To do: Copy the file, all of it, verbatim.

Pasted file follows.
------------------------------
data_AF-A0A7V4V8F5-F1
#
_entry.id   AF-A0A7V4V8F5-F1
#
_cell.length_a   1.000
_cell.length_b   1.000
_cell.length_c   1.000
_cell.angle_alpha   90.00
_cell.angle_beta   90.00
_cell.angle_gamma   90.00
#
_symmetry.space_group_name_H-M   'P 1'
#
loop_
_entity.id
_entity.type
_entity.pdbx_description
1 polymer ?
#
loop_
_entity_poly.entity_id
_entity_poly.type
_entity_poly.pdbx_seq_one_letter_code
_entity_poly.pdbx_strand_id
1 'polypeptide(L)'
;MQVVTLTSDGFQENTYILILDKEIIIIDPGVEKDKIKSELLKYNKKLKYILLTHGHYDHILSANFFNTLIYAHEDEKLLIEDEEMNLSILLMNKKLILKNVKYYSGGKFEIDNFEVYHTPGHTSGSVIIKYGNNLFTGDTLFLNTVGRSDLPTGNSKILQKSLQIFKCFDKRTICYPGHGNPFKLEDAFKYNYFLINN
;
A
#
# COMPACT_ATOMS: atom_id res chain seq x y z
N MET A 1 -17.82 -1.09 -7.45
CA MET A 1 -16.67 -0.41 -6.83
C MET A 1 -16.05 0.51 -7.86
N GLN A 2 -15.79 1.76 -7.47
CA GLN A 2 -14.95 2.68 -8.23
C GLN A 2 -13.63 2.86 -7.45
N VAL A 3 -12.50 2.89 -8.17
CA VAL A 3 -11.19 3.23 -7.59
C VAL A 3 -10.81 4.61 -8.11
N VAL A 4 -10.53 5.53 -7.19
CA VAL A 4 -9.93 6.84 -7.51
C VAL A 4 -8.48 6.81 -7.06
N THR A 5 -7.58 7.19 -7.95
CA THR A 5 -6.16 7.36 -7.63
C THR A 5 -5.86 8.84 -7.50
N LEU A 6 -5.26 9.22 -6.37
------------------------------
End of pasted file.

data_AF-A0A7V4V8F5-F1
#
_entry.id   AF-A0A7V4V8F5-F1
#
_cell.length_a   1.000
_cell.length_b   1.000
_cell.length_c   1.000
_cell.angle_alpha   90.00
_cell.angle_beta   90.00
_cell.angle_gamma   90.00
#
_symmetry.space_group_name_H-M   'P 1'
#
loop_
_entity.id
_entity.type
_entity.pdbx_description
1 polymer ?
#
loop_
_entity_poly.entity_id
_entity_poly.type
_entity_poly.pdbx_seq_one_letter_code
_entity_poly.pdbx_strand_id
1 'polypeptide(L)'
;MQVVTLTSDGFQENTYILILDKEIIIIDPGVEKDKIKSELLKYNKKLKYILLTHGHYDHILSANFFNTLIYAHEDEKLLIEDEEMNLSILLMNKKLILKNVKYYSGGKFEIDNFEVYHTPGHTSGSVIIKYGNNLFTGDTLFLNTVGRSDLPTGNSKILQKSLQIFKCFDKRTICYPGHGNPFKLEDAFKYNYFLINN
;
A
#
# COMPACT_ATOMS: atom_id res chain seq x y z
N MET A 1 -17.82 -1.09 -7.45
CA MET A 1 -16.67 -0.41 -6.83
C MET A 1 -16.05 0.51 -7.86
N GLN A 2 -15.79 1.76 -7.47
CA GLN A 2 -14.95 2.68 -8.23
C GLN A 2 -13.63 2.86 -7.45
N VAL A 3 -12.50 2.89 -8.17
CA VAL A 3 -11.19 3.23 -7.59
C VAL A 3 -10.81 4.61 -8.11
N VAL A 4 -10.53 5.53 -7.19
CA VAL A 4 -9.93 6.84 -7.51
C VAL A 4 -8.48 6.81 -7.06
N THR A 5 -7.58 7.19 -7.95
CA THR A 5 -6.16 7.36 -7.63
C THR A 5 -5.86 8.84 -7.50
N LEU A 6 -5.26 9.22 -6.37